When we love, light comes through our being and brightens us, lightens us and makes us feel happy. The love you express doesn’t have to be towards another person, it can be towards a great number of things—pets, plants, your artwork, sports, challenging experiences. In fact, love has very little to do with a person. It comes from us and it grows the more we love. We are happy when we love. We are unhappy when we stop loving.
Similarly, when we laugh, we relax and light flows through us more easily. It brightens us and makes us feel happy. Laughter and lightheartedness are great balms for our body, mind and soul. When we laugh a lot we are happier people. (It should be pointed out however that laughing at others, their misfortunes, sorrow or pain, will in no way make you happy. This lack of compassion actually decreases the amount of light flowing through you.)
If you miss an opportunity or mess one up, don’t give up, just catch the next “bus.” There will always be other opportunities, no matter how we’ve messed up in the past. We don’t just get one shot—life isn’t that chintzy. Other opportunities will be available, though they will most likely take a different form than the previous one.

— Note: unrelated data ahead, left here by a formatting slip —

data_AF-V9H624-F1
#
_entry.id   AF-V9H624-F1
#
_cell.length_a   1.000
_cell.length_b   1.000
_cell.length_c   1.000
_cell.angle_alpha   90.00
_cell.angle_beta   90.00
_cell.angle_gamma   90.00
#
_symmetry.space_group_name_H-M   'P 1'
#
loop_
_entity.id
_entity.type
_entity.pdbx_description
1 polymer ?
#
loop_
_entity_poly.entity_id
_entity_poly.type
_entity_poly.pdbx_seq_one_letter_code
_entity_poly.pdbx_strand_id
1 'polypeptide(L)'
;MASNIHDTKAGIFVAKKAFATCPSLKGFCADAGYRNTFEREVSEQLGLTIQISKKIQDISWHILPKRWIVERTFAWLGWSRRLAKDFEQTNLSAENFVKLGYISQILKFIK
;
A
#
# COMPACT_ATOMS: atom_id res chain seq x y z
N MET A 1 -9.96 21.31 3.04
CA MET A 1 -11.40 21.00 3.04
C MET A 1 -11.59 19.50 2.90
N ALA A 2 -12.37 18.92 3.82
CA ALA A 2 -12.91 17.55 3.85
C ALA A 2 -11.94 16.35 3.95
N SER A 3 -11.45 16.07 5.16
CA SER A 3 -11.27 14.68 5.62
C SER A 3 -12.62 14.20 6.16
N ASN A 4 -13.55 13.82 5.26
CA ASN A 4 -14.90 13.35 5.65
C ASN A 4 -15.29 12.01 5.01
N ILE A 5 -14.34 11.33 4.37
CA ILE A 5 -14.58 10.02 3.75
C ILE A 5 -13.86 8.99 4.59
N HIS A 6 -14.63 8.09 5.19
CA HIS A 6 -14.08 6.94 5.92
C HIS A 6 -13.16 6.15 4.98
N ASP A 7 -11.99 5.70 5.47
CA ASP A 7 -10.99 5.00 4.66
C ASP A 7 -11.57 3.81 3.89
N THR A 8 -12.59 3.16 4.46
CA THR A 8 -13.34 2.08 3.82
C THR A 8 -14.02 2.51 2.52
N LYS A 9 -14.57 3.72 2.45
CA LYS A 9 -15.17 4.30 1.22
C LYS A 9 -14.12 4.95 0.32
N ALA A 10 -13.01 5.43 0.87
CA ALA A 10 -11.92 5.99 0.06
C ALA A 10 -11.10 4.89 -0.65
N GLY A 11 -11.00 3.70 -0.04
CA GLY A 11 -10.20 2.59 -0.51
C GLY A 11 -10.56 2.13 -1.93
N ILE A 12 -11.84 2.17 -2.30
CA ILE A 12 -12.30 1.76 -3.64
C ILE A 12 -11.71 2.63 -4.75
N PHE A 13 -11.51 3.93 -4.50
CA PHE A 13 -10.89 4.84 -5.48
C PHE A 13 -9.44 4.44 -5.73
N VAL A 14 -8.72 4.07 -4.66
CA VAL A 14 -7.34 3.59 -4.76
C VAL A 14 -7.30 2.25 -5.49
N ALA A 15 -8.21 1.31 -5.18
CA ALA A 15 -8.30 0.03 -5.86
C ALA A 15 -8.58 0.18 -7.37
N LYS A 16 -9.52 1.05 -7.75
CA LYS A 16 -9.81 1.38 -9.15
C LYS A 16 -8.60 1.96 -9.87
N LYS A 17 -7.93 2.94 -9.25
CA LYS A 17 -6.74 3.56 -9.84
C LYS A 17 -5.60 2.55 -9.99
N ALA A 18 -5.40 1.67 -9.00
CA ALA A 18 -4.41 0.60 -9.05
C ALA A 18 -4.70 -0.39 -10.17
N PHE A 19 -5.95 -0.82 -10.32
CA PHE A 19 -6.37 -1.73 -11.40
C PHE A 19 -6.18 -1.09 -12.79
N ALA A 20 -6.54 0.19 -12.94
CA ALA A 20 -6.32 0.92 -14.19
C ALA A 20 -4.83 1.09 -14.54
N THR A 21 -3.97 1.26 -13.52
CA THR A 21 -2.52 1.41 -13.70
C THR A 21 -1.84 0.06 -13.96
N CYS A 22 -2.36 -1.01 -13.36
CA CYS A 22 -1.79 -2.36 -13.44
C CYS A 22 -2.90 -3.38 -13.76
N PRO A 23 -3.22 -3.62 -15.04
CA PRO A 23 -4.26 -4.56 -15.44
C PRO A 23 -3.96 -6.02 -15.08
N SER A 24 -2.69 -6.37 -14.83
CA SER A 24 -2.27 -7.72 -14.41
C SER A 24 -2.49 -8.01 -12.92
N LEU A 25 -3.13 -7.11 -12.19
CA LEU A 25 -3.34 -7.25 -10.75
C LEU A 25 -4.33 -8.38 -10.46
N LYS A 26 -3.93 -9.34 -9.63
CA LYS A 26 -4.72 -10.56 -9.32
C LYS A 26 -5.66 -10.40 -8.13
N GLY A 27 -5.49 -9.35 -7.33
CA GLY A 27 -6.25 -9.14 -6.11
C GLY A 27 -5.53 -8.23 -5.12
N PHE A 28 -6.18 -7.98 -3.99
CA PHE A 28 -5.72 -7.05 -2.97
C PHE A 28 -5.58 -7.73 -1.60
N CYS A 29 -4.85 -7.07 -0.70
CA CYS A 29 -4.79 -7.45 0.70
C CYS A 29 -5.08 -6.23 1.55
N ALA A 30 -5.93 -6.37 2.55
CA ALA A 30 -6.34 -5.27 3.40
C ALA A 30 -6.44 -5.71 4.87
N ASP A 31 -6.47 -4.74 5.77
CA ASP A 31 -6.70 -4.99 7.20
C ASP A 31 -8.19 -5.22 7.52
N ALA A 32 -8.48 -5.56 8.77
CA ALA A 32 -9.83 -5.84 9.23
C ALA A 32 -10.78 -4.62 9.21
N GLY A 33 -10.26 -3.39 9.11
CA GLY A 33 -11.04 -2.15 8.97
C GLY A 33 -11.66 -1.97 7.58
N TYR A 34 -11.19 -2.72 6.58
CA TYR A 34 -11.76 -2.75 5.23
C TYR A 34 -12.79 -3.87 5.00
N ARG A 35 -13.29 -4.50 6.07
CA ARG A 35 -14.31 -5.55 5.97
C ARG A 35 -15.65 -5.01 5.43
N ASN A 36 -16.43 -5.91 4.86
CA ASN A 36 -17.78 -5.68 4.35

With the advent of email, cellphones, text messaging, the Internet, etc. there are numerous ways for our focus to be interrupted. But when our attention is diffused, we don’t approach our interactions with people or our work with the same level of energy and intent that we do when we are focused. When we approach people in a scattered way, we don’t hear, understand and ultimately relate to them as well. When we approach work without our full attention, our work is not as clear and crisp, it takes longer to do and is not as satisfying to do as when we are focused. Even watching a movie while multi-tasking diminishes the experience. A movie takes you on an emotional journey, but when you switch your attention to texts, emails and phone conversations, your attention is leached out and the movie isn’t as funny, poignant or thrilling. In other words, when you don’t bring your attention to what you do, you miss all the good stuff. When you bring your full attention to work, play and relationships, they’re more intense, enjoyable and satisfying.
Highly recommend the Three Jewels of Awakening to anyone who is a spiritual student or teacher! It’s the best, most concise book I’ve seen on how to engage correctly with the spiritual path, so that you keep your journey sacred and precious. And though it’s a small part of the book, what may be most valuable is the discussion on the traps both students and teachers can fall into. If you really hear these words, they can save you a lot of time and pain on the path!